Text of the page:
Here we are getting closer to camp. It was great to take this path, but at high tide you may have to walk in the softer, drier sand. That may not be as fun.

 

 

I always try to turnaround occasionally. On some trails it is a good way to keep your bearing. Here you just don't want to miss out on some of the views. There was still a little haze hanging around, but the ocean had good color.

 

 


We took a left to access the campsites via the trail. You can't miss the campsites if you just take a left at the biggest tree. There are some butterflies that were on the trail in this shot.
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Here is the "big tree". There was a big branch that had broken off recently. There are sometimes ropes/swings attached tot his giant, not today though.

 

 


We made it up to site #2 (first one up the hill on the right). Each site has a bbq, food locker and a picnic table. I can attest to there being lots of critters that will eat your food out here, so use the locker.

 

 

There is really only room for one tent at this site and the tent site is very sloped. It would be better to move the table up to the tent site and camp where the table is. I did not investigate if this was a viable option or not (the table may be anchored).

 

 

Here is the view of the Ocean. You can hear the waves crashing but not see the breaking waves (even if you stand on the table). I think the view from site #1 are slightly better.

 

 

The view zoomed in (notice the whitecaps starting out there).

 

 

We decided to head down to the beach after setting up camp. Here is Sarah thinking about how to reattach the branch of the "big tree".

 

 

Sarah and I played on the beach for a while. The wind was blowing the sand pretty good, I was glad I was wearing pants. Sarah said it felt like someone was trying to sand her.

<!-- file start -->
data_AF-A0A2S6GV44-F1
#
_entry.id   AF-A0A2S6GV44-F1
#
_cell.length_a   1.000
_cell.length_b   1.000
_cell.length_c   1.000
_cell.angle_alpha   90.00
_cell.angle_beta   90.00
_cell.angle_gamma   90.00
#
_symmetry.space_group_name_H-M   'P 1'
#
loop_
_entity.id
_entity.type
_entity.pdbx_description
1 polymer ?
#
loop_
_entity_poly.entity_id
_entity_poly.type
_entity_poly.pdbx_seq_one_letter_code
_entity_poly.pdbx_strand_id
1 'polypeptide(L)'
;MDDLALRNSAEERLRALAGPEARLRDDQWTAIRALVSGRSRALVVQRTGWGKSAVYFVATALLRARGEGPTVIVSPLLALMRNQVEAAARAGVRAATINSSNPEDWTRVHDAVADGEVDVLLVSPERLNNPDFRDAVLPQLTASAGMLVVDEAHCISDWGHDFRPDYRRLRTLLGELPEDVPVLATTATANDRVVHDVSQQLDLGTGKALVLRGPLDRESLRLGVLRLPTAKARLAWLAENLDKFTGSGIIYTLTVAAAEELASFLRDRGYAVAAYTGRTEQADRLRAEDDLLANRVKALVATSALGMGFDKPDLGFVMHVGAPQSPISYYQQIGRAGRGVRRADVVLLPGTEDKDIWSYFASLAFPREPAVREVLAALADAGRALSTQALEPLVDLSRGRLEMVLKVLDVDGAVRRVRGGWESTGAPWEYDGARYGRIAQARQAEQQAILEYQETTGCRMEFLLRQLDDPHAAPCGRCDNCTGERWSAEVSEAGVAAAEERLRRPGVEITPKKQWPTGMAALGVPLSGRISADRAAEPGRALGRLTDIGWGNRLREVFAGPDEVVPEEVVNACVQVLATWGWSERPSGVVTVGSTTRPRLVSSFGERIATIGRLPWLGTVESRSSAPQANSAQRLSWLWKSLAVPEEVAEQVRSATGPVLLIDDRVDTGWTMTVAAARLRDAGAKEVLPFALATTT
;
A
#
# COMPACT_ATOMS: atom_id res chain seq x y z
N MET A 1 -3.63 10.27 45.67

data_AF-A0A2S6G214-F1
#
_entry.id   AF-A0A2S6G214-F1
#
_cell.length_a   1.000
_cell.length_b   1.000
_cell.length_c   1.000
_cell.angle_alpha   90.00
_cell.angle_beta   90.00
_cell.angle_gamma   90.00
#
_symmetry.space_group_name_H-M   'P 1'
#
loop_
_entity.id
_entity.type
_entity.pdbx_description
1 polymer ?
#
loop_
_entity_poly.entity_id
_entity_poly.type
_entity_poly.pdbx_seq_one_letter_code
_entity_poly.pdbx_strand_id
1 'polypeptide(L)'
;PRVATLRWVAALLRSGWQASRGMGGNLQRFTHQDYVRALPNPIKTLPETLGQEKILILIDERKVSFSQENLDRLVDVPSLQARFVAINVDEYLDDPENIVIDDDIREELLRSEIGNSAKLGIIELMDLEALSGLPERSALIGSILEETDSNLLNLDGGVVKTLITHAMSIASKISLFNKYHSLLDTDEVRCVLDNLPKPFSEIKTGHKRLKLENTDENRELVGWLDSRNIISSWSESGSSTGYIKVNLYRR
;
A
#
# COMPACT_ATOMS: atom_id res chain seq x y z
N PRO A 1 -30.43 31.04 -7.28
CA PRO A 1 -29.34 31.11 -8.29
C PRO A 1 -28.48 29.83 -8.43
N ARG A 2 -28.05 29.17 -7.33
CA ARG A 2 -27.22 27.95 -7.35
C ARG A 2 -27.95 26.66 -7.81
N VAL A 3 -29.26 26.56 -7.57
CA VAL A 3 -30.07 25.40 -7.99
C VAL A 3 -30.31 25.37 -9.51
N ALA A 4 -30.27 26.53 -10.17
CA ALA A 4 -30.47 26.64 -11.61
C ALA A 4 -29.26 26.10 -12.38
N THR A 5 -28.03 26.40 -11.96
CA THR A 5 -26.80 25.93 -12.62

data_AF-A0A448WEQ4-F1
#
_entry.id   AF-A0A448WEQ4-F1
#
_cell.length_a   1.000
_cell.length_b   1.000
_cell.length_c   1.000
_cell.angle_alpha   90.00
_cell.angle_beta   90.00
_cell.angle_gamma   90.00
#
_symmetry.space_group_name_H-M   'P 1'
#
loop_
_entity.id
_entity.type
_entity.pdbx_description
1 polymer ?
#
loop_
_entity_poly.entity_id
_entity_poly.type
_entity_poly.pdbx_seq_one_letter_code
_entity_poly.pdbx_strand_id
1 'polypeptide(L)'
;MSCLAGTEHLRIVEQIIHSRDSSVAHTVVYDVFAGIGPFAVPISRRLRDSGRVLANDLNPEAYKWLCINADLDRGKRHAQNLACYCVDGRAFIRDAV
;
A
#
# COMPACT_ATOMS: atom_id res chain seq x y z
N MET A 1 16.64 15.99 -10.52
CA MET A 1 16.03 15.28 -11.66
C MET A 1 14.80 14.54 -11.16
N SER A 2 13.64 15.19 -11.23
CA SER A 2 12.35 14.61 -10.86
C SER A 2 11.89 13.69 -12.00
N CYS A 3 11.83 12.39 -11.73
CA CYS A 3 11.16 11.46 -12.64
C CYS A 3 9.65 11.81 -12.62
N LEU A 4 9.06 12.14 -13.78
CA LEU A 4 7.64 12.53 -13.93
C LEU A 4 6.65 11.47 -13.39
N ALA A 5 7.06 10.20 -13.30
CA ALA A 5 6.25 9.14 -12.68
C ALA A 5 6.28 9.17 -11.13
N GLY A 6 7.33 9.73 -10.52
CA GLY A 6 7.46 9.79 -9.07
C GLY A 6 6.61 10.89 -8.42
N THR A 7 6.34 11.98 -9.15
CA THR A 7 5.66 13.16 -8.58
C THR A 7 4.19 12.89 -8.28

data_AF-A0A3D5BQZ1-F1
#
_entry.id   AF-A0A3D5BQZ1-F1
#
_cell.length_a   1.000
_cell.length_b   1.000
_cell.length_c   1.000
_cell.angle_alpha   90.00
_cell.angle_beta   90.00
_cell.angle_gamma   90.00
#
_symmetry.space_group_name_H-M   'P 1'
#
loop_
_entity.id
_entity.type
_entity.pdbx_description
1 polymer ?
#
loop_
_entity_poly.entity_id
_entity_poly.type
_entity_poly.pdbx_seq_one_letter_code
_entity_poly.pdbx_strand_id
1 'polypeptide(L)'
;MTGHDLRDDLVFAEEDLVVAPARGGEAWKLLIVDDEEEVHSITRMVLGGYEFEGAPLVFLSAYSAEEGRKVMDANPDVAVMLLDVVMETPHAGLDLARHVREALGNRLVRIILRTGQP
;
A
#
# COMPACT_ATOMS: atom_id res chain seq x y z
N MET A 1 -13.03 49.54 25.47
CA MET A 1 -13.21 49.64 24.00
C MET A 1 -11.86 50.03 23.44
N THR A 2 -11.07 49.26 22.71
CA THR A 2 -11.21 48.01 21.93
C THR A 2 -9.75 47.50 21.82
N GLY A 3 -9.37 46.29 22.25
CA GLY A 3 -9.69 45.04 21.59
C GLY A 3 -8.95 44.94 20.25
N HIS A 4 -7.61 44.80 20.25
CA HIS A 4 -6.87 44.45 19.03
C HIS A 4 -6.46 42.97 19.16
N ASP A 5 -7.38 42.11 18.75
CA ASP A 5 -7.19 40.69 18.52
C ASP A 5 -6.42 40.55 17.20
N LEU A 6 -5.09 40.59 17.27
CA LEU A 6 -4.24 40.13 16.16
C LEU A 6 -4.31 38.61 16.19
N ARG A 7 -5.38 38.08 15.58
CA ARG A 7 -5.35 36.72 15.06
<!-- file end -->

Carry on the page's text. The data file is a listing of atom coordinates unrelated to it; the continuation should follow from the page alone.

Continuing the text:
We headed back to camp for dinner and then decided to go out on the beach for sunset. We saw this guy out there enjoying the low light and green grass.

 

 

Here is Sarah looking for sea life.

 

 

We didn't stay up too late and decided to get an early start as the next day was supposed to get warmer. I took one picture of camp before strapping the pack on.

 

 

We headed down the hill from where sites 1-7 are and made the right past the trash cans down to the creek and up to this junction with Laguna Trail. We took the right and the soon to be uphill climb to the next junction.

 

 


Here is the next junction. The angle is actually backwards though as you will continue straight to the Laguna Trailhead or take a right if you are wanting the Fire Lane Trail.

 

 


We did encounter many people on the way out that day. We did see many butterflies though. This was another great trip. The popularity is justified for this camp. I have talked to families that use this camp for a couple nights to allow for exploring some of the beaches to the south. I think I will try to work that section of the Coast Trail into an upcoming trip.

 

 

Scroll down for map and elevation profile.


Blue line shows the path we took from Laguna trailhead to Coast Camp #2 via Coast Trail and beach.
Red line is hike out via the Laguna Trail on day two.
Elevation profiles below map
Click on map or profile for larger version.

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Elevation profile below shows Coast Trailhead to Coast Camp #2 via Coast Trail and beach.
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Elevation profile below shows Coast Camp #2 to Laguna (and then Coast) Trailhead via Laguna Trail.